Welcome to You Need Help! Where you’ve got a problem and yo, we solve it. Or we at least try.
I feel very shitty, Riese :/ I’m almost thirty and haven’t achieved huge success in my professional life as some of my friends of college, recently I found out that what I make monthly in my job is pretty much nothing compared to these friends I’m telling you and honestly I’m feeling really down… everyone seems to have it all sorted out and my babe and I are still struggling to make it until the end of the month without crying. It’s been a sad week, I feel like a loser.
So there are two things going on here and first I’m gonna talk about why you shouldn’t, objectively, feel like a loser, and then I’m gonna talk about what to do about how you feel.
Part One: All We All Do Is Win and Lose
Girl, I could chat about how it feels to make a lot less money than your friends ALL DAY, and I’m well past 30! You definitely don’t need to have it all figured out by the time you turn 30. Very few people do, especially in your generation. Perhaps you’ve heard that “the thirties are the new twenties” and that the past ten years have been a “lost decade” wherein the recession dramatically stalled career and family development for so many “millennials.” Although the unemployment rate for all Americans 25 years and older is only 5.1%, it’s 7.2% for women between the ages of 25 and 34. The fact that you have a job at all makes you much luckier than many of your peers! Also please tell me you’re not comparing yourself to straight people, because those b*tches are always at least five years ahead of the rest of us on all counts: career, family, home ownership, all of it. I wish I had data to tell you why but for now you’ll just have to trust me.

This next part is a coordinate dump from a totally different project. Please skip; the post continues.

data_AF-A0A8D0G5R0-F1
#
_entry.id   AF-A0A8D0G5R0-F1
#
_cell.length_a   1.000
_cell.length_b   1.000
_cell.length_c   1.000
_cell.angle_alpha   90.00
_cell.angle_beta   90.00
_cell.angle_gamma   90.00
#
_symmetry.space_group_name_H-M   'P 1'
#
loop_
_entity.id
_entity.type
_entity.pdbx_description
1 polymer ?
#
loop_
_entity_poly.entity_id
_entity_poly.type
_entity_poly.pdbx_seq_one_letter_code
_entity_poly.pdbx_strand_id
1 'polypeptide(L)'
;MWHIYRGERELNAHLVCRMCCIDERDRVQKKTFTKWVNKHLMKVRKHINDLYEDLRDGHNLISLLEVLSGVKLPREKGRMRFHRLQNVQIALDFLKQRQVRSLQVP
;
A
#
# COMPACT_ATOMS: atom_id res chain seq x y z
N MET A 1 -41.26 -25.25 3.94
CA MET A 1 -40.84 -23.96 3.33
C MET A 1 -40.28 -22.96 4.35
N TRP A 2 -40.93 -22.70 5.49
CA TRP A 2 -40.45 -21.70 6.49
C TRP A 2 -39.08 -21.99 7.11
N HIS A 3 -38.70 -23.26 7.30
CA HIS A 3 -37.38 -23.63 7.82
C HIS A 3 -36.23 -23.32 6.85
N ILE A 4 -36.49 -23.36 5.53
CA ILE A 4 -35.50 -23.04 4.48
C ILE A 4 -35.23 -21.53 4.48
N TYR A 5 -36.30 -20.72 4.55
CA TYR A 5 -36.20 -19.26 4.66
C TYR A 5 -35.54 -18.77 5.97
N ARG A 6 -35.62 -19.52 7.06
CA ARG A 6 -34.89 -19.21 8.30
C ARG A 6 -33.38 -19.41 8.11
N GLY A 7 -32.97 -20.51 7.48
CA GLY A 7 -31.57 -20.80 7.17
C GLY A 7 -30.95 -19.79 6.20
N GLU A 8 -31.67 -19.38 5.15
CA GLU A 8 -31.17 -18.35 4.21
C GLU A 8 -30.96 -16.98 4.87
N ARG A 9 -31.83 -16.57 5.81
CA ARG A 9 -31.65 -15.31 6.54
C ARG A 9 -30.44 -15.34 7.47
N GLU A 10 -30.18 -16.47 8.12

What you’re experiencing, though, seems to be status anxiety (which’s killer these days because of Facebook, where everybody shares selective truths about their lives and are rarely honest about work ’cause our co-workers and employers can see everything we say). REAL TALK: very few humans are as happy and satisfied as you think they are. That’s just not how life works. I probably seemed like I was “living the dream” back when I was 28/29, simply because I had a girlfriend, lived in California, and was doing work I usually enjoyed. But I was also deeply in debt, working 80 hours a week for WAY less than minimum wage, rocking an obscenely high blood pressure for a twentysomething who exercises regularly, drinking like a fish, uninsured despite many chronic health problems and living with furniture I’d made out of cardboard boxes. The only thing that saved me from crippling status anxiety was that I never had time to speak to any of my friends in the first place, let alone keep tabs on their salaries.
But let’s say all your friends are truly as financially and professionally fortunate as you perceive them to be — that still doesn’t make you a loser. It just means you have a lot of extraordinarily lucky friends! They’re certainly not exempt from status anxiety, either, because there’ll always be somebody new to keep up with, a new set of expectations with every rung they reach on the ladder. I hear “money is tight right now” just as often from friends who make $25k a year as I do from friends who make $65k a year.
We’re all striving for something — and that’s actually totally okay. Our desire to make our lives better than they are is what puts us in a position to take risks, to try new things, and to be alive. Every day I’m working towards so many goals, and it’s frustrating at times — I still don’t have a baby and my baby-making years are ending soon, and Autostraddle still is on the brink of financial extinction more often than we’d like to admit. There are people who have all the things you want who are reading your question and thinking, “damn, I wish I had a girlfriend like this girl does.”